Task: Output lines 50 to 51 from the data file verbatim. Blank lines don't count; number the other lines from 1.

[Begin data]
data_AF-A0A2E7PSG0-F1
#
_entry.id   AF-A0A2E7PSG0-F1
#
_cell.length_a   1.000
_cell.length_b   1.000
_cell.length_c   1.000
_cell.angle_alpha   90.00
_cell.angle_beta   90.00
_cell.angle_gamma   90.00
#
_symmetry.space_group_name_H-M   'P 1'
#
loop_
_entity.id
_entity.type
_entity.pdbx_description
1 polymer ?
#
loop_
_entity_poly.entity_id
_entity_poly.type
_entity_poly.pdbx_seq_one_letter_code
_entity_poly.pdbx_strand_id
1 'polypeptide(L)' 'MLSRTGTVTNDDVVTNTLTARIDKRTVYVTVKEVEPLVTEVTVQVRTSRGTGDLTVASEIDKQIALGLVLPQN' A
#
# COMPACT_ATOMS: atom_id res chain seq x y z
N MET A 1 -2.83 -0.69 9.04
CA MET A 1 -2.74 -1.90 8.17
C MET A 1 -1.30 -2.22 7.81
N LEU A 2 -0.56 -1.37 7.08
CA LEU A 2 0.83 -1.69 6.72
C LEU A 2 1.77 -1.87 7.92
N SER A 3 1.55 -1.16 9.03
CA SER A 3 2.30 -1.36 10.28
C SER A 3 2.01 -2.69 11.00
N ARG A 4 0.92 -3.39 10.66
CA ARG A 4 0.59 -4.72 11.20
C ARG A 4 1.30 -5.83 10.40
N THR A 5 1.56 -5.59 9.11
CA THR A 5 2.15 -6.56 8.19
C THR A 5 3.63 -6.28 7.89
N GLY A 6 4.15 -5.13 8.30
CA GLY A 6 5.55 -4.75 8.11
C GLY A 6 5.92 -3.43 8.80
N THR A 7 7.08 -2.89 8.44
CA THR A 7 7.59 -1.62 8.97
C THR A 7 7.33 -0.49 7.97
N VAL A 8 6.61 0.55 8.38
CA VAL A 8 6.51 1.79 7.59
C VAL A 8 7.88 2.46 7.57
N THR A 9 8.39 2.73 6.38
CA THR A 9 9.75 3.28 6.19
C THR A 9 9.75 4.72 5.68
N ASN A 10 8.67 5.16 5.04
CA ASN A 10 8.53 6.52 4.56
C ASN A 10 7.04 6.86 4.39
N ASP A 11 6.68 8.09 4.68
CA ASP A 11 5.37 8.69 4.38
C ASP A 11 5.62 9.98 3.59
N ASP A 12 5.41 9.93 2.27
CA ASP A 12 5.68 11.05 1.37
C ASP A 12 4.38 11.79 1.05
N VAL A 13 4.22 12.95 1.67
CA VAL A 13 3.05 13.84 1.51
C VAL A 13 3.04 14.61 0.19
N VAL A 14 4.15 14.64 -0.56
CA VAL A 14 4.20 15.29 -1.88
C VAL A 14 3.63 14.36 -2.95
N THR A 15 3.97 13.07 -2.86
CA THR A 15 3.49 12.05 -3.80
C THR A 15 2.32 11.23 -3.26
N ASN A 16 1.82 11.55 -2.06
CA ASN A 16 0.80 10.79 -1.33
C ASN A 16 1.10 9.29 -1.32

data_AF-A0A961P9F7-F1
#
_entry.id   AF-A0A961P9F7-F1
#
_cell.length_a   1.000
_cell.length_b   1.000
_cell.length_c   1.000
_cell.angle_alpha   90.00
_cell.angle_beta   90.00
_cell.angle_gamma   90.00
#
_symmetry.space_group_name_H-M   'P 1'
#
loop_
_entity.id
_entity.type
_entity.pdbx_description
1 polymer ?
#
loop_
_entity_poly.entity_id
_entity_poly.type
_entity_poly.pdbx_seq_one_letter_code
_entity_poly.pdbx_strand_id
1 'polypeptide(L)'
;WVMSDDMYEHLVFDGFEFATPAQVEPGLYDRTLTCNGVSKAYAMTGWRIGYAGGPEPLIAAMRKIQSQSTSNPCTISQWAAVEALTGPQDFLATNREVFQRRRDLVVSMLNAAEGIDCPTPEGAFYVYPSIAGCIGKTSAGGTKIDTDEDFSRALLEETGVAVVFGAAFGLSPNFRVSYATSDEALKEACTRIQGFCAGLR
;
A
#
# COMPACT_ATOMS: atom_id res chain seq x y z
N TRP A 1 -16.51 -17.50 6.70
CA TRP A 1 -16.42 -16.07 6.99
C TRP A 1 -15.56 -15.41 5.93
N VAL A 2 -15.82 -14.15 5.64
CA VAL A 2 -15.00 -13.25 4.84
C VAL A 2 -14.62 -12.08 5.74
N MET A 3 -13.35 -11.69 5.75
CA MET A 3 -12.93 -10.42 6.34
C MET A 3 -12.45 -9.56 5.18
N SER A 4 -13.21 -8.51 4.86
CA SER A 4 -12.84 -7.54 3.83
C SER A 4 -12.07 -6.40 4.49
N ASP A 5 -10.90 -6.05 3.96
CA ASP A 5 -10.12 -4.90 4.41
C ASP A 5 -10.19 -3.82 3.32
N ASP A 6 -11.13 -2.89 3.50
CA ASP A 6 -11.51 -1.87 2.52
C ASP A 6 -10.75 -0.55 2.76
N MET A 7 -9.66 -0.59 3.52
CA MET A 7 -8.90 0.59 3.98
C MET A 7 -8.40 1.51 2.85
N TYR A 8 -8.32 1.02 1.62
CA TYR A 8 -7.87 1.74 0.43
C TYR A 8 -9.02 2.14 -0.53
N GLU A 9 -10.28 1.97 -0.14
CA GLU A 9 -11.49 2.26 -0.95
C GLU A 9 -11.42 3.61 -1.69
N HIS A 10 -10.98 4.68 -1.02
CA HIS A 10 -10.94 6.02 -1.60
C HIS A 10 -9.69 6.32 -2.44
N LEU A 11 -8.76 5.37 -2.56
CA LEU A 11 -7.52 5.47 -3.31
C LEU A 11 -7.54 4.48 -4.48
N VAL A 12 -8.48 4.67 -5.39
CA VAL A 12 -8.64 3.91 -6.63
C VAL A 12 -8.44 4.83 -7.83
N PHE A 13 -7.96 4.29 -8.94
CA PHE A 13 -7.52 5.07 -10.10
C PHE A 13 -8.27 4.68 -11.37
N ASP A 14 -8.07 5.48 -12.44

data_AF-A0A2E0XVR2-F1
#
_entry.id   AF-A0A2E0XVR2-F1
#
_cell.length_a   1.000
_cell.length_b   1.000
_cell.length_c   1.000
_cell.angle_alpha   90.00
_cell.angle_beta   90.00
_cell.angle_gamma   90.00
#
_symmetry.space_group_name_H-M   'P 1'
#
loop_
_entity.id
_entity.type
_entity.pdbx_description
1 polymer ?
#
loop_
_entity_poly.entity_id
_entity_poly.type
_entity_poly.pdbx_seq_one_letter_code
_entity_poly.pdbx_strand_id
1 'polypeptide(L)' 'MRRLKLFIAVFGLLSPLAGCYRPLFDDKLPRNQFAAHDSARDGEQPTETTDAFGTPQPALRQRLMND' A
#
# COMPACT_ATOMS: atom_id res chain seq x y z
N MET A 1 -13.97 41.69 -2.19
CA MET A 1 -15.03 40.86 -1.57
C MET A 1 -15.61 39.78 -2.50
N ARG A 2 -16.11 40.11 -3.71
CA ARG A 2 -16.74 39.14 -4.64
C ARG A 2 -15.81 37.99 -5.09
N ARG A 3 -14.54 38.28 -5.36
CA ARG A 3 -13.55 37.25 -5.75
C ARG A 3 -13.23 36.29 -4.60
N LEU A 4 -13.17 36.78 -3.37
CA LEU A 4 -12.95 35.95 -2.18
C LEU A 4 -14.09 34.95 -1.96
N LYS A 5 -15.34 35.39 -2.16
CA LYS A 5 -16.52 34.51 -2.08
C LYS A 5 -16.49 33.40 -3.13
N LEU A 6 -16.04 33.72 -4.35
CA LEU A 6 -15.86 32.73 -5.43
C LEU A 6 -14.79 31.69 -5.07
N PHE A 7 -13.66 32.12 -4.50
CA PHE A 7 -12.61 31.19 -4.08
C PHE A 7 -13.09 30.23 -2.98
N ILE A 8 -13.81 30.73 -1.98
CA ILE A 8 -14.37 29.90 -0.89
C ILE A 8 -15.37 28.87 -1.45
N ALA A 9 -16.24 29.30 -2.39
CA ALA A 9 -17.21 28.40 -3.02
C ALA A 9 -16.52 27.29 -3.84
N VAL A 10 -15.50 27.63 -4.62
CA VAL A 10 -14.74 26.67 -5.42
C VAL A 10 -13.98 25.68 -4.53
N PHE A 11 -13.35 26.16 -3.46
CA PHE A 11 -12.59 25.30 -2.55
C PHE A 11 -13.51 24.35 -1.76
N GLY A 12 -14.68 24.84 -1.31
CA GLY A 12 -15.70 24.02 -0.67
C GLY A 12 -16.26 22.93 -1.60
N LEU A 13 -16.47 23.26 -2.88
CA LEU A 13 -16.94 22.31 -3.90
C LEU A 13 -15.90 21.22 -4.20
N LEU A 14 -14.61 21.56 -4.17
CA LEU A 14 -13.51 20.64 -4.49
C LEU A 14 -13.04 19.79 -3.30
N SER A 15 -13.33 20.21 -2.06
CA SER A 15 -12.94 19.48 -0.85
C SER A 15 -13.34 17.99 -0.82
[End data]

CA VAL A 8 6.51 1.79 7.59
C VAL A 8 7.88 2.46 7.57